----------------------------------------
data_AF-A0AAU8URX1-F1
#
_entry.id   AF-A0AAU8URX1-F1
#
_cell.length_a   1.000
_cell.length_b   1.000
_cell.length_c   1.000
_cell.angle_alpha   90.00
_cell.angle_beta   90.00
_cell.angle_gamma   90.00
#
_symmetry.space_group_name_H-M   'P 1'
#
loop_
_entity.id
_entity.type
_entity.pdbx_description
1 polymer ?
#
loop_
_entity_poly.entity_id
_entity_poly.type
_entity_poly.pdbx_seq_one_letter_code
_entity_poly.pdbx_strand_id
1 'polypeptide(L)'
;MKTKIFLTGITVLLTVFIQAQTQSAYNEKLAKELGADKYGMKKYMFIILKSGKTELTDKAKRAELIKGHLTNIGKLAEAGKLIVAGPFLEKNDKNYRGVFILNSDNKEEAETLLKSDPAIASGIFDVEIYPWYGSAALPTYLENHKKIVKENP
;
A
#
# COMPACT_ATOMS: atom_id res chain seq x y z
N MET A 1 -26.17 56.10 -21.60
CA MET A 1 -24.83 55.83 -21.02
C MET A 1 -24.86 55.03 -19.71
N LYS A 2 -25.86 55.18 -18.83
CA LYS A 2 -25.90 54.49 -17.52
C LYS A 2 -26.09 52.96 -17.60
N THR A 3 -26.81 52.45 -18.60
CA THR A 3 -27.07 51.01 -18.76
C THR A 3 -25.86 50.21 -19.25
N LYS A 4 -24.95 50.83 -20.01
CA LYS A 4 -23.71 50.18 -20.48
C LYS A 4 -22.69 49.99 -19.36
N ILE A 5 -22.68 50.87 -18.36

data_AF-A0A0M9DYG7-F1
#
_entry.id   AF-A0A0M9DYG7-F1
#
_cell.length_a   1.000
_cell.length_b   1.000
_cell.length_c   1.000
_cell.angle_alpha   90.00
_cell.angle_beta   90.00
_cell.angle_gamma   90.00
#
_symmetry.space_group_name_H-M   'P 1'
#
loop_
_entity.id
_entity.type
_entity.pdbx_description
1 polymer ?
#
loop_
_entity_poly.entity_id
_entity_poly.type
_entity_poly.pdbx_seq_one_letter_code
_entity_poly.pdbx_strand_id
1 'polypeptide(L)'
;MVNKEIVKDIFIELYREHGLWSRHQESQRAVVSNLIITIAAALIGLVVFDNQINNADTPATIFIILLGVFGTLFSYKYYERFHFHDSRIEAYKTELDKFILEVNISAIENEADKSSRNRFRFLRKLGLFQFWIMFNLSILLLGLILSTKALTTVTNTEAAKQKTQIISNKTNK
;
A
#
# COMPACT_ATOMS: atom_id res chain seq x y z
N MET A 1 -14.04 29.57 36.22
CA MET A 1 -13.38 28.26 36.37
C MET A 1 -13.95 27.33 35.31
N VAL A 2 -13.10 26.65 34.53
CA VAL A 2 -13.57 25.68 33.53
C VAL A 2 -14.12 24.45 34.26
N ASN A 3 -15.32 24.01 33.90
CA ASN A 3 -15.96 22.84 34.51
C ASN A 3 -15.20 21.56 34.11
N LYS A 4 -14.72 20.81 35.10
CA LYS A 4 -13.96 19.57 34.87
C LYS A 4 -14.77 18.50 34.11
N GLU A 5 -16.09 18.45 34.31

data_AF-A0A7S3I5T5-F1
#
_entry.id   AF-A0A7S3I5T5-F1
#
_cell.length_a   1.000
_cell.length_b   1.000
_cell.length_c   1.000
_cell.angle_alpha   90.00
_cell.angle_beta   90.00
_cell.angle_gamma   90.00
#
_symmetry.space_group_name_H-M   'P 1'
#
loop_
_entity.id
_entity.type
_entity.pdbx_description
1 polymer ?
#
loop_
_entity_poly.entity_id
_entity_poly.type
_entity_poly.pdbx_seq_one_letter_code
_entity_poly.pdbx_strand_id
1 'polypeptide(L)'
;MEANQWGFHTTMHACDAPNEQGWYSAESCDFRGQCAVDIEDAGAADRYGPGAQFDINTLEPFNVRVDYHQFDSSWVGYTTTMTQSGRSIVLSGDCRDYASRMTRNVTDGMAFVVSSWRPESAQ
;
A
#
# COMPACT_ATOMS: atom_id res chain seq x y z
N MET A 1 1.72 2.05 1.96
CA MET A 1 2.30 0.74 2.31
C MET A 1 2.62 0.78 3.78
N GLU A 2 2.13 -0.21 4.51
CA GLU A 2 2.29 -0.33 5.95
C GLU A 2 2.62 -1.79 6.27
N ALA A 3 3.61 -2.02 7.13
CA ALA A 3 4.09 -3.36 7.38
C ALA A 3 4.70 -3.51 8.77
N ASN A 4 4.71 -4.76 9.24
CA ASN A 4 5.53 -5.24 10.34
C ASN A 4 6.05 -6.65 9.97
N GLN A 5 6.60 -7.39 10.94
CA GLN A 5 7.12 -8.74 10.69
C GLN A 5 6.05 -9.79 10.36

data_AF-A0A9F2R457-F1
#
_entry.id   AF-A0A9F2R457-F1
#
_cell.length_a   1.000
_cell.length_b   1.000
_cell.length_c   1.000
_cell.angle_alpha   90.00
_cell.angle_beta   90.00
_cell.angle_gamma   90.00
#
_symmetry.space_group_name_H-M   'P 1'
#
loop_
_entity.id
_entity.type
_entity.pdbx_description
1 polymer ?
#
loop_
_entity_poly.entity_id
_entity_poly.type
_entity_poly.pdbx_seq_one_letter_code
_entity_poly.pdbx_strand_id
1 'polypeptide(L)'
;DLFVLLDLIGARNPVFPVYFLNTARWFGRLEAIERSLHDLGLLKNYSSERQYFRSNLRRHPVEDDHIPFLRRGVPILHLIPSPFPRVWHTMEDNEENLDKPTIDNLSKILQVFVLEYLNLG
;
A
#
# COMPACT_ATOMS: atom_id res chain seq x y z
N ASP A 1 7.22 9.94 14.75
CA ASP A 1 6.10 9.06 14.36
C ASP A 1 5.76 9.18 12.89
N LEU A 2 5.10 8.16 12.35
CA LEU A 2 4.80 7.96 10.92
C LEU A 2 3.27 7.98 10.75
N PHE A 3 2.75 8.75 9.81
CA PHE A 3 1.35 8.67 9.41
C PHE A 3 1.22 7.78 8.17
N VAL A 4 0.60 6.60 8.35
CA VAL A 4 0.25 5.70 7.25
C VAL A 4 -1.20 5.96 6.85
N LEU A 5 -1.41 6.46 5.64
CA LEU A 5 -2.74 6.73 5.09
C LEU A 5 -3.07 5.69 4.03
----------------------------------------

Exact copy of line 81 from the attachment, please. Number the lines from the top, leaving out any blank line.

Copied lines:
CA ASN A 3 -15.96 22.84 34.51